These days, I’ve been picking up my phone far less often than usual. The first time I properly go on my phone is in the evening, once the kids are in bed, the TV is on, and it’s finally time to unwind.
It’s not that I’m not consuming media during work hours. It’s impossible to avoid the news at this point and everyone needs a breather. But now I’m doing most of it on my work computer.
Have you been doing the same? From what our data is showing, I assume the answer is yes.
Day-to-day life has changed, and with it, mobile and desktop content consumption has changed. This is having a very interesting impact on publishers. So let’s dive in.
The Big Picture
I’ve spoken quite often about the traffic spike that we saw happen in mid-March. This time, I want us to look at things from a slightly different angle.Here’s the total mobile traffic from February to today:
The mid-March spike here is clear, but note how traffic evens out as we enter into April. Also, note that it’s lower than where it was in February. As of right now, mobile traffic is down 11% compared to pre-COVID levels. People are spending less time on their phones.
But they’re not spending less time online. Let’s take a quick look at desktop traffic:
I’ve annotated the traffic spikes for context, but here’s what you need to pay attention to: the overall peaks and valleys across the chart. What you’re seeing is the weekday vs. the weekend trends. Looking at traffic after the big March spike —those weekend valleys are no longer as deep as they used to be.
Overall, as people are working from home and their days blend together, they’re spending more time on their desktops. We’re seeing a 13% increase in desktop traffic compared to pre-COVID numbers. In other words – that’s where the lost mobile traffic has gone.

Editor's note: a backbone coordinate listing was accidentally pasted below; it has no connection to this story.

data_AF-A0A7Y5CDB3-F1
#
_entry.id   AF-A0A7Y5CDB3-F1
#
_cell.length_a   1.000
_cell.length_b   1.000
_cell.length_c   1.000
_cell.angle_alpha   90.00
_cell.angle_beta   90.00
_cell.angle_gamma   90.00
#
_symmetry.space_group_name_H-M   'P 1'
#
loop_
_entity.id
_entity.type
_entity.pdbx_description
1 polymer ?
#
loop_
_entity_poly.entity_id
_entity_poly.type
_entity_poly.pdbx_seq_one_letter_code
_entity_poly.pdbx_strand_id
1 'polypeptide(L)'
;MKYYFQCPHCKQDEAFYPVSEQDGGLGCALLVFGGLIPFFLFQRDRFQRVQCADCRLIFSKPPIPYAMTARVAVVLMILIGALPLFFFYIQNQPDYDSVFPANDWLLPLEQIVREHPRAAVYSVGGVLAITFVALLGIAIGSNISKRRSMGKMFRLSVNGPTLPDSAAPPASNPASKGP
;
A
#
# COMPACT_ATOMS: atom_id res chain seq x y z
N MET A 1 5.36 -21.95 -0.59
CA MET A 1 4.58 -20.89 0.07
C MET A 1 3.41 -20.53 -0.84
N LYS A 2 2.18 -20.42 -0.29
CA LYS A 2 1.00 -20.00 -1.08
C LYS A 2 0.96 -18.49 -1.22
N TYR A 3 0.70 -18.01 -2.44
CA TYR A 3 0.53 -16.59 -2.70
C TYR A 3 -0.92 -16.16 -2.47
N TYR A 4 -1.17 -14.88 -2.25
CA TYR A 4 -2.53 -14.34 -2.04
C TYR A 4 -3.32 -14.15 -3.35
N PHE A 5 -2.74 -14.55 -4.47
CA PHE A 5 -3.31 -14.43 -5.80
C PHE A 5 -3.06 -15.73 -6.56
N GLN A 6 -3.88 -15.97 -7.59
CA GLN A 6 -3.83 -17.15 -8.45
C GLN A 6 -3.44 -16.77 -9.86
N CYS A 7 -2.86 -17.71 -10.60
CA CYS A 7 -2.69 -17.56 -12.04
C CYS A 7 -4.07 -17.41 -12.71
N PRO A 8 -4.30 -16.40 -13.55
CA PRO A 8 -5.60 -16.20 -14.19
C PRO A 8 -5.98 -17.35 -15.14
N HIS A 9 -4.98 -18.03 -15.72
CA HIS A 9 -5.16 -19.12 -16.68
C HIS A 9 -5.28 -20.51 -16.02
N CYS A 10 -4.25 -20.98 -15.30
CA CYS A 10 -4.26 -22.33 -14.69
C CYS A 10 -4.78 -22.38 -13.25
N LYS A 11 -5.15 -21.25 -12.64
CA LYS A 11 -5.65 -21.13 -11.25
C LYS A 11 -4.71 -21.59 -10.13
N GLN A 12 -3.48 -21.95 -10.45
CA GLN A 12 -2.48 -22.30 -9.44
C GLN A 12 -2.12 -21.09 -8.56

So we know people are spending more time on their computers. Let’s look at how this behavior is impacting publishers.
A Surprising Winner
To start, there’s the question of costs. I’ve mentioned in past emails that CPCs overall have gone down significantly. The drop happened for both desktop and mobile. But the overall drop in desktop CPCs from February till now has been sharper. Desktop CPCs are 34.5% lower on average, compared to a 25% average decrease on mobile.
This drop has, of course, translated into lower CPAs across the board, as I’ve covered here before. But there are a few interesting things to note for different revenue streams:
- Publishers running subscription campaigns are seeing the ratio of desktop subscriptions go up. For example – one publisher had 39% of their conversions happen on desktop in February and a full 50% in March.
- Another publisher increased its desktop spend by 300% due to the unusually efficient CPAs it’s been seeing compared to mobile.
Subscriptions aren’t the only thing that has seen a shift to desktop. In fact, there’s a surprising winner in all of this: publishers optimizing for ad revenue.It’s pretty much a given that desktop eCPMs are higher than mobile eCPMs. However, a lot of publishers don’t invest in desktop traffic, as the CPCs are generally way too high for it to be profitable.
The increase in desktop traffic, paired with the lower CPCs, has moved publishers to shift budgets to desktop for the first time in years. And so far it’s paying off.
Comparing, for example, one publisher’s revenue from Android vs. revenue from desktop – desktop revenue is ranging 20% – 25% higher. These types of numbers are continuing to track across multiple publishers as traffic evens out now that people are settling in for the long haul.
Overall, I think the strategy here is clear: If you’re not targeting desktop traffic in your Facebook campaigns – now’s the time to try it. We’re seeing plenty of publishers dipping their toes in the water, and so far, things are looking just fine.